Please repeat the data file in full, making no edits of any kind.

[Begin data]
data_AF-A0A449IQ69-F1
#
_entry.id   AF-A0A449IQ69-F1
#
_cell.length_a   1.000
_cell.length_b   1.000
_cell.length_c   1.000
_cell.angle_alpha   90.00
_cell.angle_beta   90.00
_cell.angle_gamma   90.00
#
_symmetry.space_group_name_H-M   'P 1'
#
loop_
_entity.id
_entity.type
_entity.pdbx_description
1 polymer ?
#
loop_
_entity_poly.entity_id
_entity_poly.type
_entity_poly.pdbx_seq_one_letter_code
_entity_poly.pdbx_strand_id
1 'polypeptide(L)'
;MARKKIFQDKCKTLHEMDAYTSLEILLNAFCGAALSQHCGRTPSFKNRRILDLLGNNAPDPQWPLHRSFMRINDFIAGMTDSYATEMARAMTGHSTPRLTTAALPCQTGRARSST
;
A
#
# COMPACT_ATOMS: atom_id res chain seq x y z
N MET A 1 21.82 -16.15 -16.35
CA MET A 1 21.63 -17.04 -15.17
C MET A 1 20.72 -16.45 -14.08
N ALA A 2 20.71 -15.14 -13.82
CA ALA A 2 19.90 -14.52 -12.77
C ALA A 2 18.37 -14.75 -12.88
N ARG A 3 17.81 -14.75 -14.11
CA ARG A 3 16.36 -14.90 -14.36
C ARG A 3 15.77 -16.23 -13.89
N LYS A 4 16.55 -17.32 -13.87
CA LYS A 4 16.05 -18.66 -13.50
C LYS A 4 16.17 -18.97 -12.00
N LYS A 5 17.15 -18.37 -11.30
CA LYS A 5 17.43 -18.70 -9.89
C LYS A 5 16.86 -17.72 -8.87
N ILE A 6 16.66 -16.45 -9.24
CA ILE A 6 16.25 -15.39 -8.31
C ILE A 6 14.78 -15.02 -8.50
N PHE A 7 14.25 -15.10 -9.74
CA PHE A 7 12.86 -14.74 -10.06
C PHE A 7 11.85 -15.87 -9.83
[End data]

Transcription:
data_AF-A0A449IQ69-F1
#
_entry.id   AF-A0A449IQ69-F1
#
_cell.length_a   1.000
_cell.length_b   1.000
_cell.length_c   1.000
_cell.angle_alpha   90.00
_cell.angle_beta   90.00
_cell.angle_gamma   90.00
#
_symmetry.space_group_name_H-M   'P 1'
#
loop_
_entity.id
_entity.type
_entity.pdbx_description
1 polymer ?
#
loop_
_entity_poly.entity_id
_entity_poly.type
_entity_poly.pdbx_seq_one_letter_code
_entity_poly.pdbx_strand_id
1 'polypeptide(L)'
;MARKKIFQDKCKTLHEMDAYTSLEILLNAFCGAALSQHCGRTPSFKNRRILDLLGNNAPDPQWPLHRSFMRINDFIAGMTDSYATEMARAMTGHSTPRLTTAALPCQTGRARSST
;
A
#
# COMPACT_ATOMS: atom_id res chain seq x y z
N MET A 1 21.82 -16.15 -16.35
CA MET A 1 21.63 -17.04 -15.17
C MET A 1 20.72 -16.45 -14.08
N ALA A 2 20.71 -15.14 -13.82
CA ALA A 2 19.90 -14.52 -12.77
C ALA A 2 18.37 -14.75 -12.88
N ARG A 3 17.81 -14.75 -14.11
CA ARG A 3 16.36 -14.90 -14.36
C ARG A 3 15.77 -16.23 -13.89
N LYS A 4 16.55 -17.32 -13.87
CA LYS A 4 16.05 -18.66 -13.50
C LYS A 4 16.17 -18.97 -12.00
N LYS A 5 17.15 -18.37 -11.30
CA LYS A 5 17.43 -18.70 -9.89
C LYS A 5 16.86 -17.72 -8.87
N ILE A 6 16.66 -16.45 -9.24
CA ILE A 6 16.25 -15.39 -8.31
C ILE A 6 14.78 -15.02 -8.50
N PHE A 7 14.25 -15.10 -9.74
CA PHE A 7 12.86 -14.74 -10.06
C PHE A 7 11.85 -15.87 -9.83